For this final post on Kensington Church Street we’re in Silver Street, which, as I said last week, is the name by which the northern section of the street used to be known. Church Lane was the southern section. ( Or originally Love Lane according to some sources.)
This is number 118.
The home of one of Kensington’s local newspapers, (the other one was the Post although different names had been used over the years) at a time when the titles were independent.
Below, D C Monk and Sons at 132-134.
This was another one of those shops John Rogers seemed very taken with, and took several pictures of at different times and days. can you see the three balls above the awning? D C Monk was a traditional pawn brokers, and the three balls a traditional sign. The pawn broker could do business in any kind of neighbourhood, even next to a big residential property. (These pictures are from 1969.)
We actually starting to walk downhill at this point. I have some recollection of standing outside The Kensington Bookshop, below, window shopping, and I think it was a general bookshop. I can’t recall actually going inside though. I have a feeling that I would have been passing by on my way to Kensington Library and would already have been tired from that slight upward incline. This was 1980 so I could easily have been in the picture myself.
The shop was later taken by Adrian Harrington, a well know book dealer who, I met once, but who is sadly no longer with us. His brother Peter also sold or sells books and there are still shops bearing his name, one on the Fulham Road.
Farther along on the west side, another traditional style of shop, a large timber merchants, with two smaller businesses nestling under the main sign. Yes, at number 144 Bits and Pieces. Hello, are you looking for some bits? No today I thought I’d get some pieces. The big sign still exists.
The traffic heading south in this picture has come out of Kensington Mall through the odd one way system which takes southbound buses past the top of Church Street so they can turn into a narrow street and turn again before they can enter the street. A barrier planted with shrubs and a couple of small trees (these days) keeps vehicles from going the wrong way, or is it to stop them entering a one-way street the wrong way? Traffic experts can tell me if they wish.
From this point on Kensington Church street is northbound only and traffic is filtered either towards Central London or towards Shepherds Bush.
The east side of the street consists of a couple of modern buildings from the early 1960s when Notting Hill Gate was redeveloped. (There’s a post here)
Part of this building is a Post Office which is still in business.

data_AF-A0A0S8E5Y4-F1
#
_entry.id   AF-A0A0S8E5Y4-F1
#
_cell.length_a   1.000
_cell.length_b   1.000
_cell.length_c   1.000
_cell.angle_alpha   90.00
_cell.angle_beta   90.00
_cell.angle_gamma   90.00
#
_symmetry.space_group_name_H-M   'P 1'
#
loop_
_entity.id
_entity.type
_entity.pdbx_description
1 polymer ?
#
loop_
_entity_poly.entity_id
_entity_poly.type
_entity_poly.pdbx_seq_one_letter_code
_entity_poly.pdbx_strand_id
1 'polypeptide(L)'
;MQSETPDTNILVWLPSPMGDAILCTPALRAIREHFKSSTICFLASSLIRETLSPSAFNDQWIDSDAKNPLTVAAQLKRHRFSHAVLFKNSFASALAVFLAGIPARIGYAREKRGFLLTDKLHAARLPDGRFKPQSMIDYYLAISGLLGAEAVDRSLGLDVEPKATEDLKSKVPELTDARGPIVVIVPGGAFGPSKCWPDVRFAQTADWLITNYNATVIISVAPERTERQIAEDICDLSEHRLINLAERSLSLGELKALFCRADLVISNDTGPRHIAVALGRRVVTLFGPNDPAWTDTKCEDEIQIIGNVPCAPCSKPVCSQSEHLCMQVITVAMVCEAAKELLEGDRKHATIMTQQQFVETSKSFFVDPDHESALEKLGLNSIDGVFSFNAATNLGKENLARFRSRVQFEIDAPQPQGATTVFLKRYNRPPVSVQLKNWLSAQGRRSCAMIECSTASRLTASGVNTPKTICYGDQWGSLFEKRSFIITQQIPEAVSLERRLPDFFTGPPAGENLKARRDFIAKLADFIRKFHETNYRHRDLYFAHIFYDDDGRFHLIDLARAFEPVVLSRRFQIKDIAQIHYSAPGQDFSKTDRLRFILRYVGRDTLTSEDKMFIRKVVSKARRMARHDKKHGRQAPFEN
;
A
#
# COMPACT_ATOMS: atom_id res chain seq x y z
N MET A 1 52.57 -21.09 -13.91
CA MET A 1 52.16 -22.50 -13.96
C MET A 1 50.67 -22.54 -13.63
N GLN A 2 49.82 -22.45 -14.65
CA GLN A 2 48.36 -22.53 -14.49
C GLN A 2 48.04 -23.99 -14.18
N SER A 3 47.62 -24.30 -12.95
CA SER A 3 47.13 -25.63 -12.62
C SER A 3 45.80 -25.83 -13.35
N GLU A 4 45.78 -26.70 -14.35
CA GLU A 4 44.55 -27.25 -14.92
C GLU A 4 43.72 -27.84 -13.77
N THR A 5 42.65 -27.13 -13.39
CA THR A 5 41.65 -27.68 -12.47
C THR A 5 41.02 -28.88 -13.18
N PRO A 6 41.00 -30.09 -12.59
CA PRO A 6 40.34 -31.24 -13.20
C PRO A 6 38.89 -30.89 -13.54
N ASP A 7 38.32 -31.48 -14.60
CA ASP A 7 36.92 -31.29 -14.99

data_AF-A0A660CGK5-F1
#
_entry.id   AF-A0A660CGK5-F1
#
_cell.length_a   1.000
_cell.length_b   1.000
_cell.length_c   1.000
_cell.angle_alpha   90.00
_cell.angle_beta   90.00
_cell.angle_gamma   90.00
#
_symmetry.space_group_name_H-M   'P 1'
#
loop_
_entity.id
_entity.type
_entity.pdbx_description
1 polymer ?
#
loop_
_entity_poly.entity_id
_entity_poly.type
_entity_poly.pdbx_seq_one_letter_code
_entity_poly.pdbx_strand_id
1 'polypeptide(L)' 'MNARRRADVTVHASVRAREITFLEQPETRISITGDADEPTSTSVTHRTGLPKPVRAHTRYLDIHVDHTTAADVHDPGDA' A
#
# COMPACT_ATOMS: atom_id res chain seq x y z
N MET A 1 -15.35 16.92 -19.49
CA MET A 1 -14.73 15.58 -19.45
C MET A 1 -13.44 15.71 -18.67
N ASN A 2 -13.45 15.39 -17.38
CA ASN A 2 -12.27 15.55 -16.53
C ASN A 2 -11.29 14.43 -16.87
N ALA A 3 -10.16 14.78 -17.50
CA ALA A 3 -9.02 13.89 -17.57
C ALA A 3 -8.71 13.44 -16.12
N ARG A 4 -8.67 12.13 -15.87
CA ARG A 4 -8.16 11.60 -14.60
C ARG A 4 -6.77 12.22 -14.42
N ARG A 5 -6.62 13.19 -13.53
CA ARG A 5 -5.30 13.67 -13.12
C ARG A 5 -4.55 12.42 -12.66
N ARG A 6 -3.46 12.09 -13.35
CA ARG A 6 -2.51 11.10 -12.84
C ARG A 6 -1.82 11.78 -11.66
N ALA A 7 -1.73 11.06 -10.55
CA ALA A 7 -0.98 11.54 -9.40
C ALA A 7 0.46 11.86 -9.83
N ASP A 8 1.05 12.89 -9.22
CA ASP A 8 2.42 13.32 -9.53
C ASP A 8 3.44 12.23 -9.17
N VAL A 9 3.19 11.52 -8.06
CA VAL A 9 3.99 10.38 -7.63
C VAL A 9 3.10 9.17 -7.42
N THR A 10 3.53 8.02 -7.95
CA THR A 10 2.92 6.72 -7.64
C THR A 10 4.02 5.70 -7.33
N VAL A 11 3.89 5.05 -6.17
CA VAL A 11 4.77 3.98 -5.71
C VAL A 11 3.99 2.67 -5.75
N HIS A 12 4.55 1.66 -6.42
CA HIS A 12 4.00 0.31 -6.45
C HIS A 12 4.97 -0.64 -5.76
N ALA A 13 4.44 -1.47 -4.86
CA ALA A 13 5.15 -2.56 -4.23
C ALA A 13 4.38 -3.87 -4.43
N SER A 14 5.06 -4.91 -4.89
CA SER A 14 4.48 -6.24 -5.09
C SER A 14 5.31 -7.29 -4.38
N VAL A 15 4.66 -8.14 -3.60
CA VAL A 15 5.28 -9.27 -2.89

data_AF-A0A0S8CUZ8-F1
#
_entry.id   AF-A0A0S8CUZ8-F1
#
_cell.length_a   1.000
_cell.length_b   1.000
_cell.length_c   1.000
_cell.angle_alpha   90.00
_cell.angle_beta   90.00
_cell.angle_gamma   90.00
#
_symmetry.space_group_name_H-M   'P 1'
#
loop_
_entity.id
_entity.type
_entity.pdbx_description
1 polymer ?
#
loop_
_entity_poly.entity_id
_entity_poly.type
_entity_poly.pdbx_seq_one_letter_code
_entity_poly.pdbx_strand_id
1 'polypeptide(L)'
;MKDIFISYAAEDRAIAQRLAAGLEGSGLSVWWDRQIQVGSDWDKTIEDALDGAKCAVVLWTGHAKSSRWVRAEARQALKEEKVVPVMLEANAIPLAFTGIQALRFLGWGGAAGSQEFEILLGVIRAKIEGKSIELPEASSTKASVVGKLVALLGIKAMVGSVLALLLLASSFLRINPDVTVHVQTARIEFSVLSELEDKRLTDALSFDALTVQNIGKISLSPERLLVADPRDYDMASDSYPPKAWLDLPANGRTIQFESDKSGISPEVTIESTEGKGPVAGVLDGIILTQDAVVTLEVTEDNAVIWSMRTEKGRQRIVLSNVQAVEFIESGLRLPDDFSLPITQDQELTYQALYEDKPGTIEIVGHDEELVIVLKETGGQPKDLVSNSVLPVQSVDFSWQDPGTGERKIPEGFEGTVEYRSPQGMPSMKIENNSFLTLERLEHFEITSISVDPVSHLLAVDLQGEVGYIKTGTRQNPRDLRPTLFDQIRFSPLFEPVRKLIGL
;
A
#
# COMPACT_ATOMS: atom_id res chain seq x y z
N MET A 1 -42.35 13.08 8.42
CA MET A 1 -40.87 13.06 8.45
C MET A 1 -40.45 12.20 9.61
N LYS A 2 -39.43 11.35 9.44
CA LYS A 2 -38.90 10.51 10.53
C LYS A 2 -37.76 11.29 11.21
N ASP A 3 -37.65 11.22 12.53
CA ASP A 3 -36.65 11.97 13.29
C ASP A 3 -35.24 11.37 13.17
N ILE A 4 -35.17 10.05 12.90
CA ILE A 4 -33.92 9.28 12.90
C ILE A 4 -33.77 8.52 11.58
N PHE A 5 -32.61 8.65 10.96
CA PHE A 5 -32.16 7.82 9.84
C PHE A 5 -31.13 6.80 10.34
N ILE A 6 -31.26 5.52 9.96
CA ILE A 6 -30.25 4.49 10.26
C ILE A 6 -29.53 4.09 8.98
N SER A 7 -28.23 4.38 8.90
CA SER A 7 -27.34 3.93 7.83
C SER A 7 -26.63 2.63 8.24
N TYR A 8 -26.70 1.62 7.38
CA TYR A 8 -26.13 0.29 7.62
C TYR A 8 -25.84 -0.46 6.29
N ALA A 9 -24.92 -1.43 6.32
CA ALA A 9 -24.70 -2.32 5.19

Here is the actual corner, and a glimpse of Notting Hill Gate.
Before we take another look at Notting Hill Gate we need to go back to the west side of the street.
At number 113, Appel, a tailor.
And next door to him at 115, the Rowley Gallery, another survivor.
At this point the Gallery had a workshop nearby in Campden Street.
At the end of that block is number 119, the Churchill Arms, one of London’s most attractive pubs. My personal bible of Kensington history, the Survey of London tells us that although the pub is now associated with Winston Churchill ( a Freeman of the Borough, among other things), the name may originally derive from the descriptive phrase “church hill”. But we shouldn’t quibble.
Anyone who travels along this section will have noticed the new building rising behind boards and scaffolding between Edge Street and Kensington Place. It has one of those pointy designs over the glass facade.
This of course replaces what I now have to call a “forgotten building” although many of you will remember the building which was there before, at number 145. I did wonder if this wasn’t simply a case of a new facade over an older building but Google Maps has that excellent retrospective street view (a boon to local historians and many others I should think) which shows the absent building in May 2015.
The offices of Chapman Taylor Partners, architects, newly built in 1973 and shown in Architectural Review. Not perhaps to everyone’s taste, but many of the buildings at this end of the street were now modern, and although it might be stretching a point to call it “charming brutalist”, it was not too overwhelming for the neighbourhood.
A side view in Edge Street. We can even go inside and see architects drawing.
Below, some administrative offices viewed from “one of the secretary’s cubicles”.
And there’s the secretary busy typing and waiting for the phone to ring as they did in the 70s.
This 1961 picture shows a view of Notting Hill Gate, and the east side of the street as it had been 10 years before the 1971 pictures we’ve already seen.
You can see the tower, Newcombe House on the corner at the left of the picture. It’s a building which has not worn well over the years and it’s not long for this world if current development plans go through. (A decision is expected soon.)
But let’s finish with a view of Silver Street which won’t be superseded by events.
This pencil drawing by the artist Frank Emanuel captures the narrow version of Silver Street in the early years of the previous century. It’s always been one of my favourites. The figure of the woman is particularly good I think. I’ll come back to some of the artists who drew or painted this part of Kensington in a future post. But for now our journey is done.
My absence the week before last was purely accidental. But I am about to take a couple of weeks off, and to maintain sanity at home, I will temporarily cease blogging. Hopefully new ideas will come bubbling forth in late August, and in the meantime I can point you to my extensive back catalogue of posts, more than 370 of them, on a variety of subjects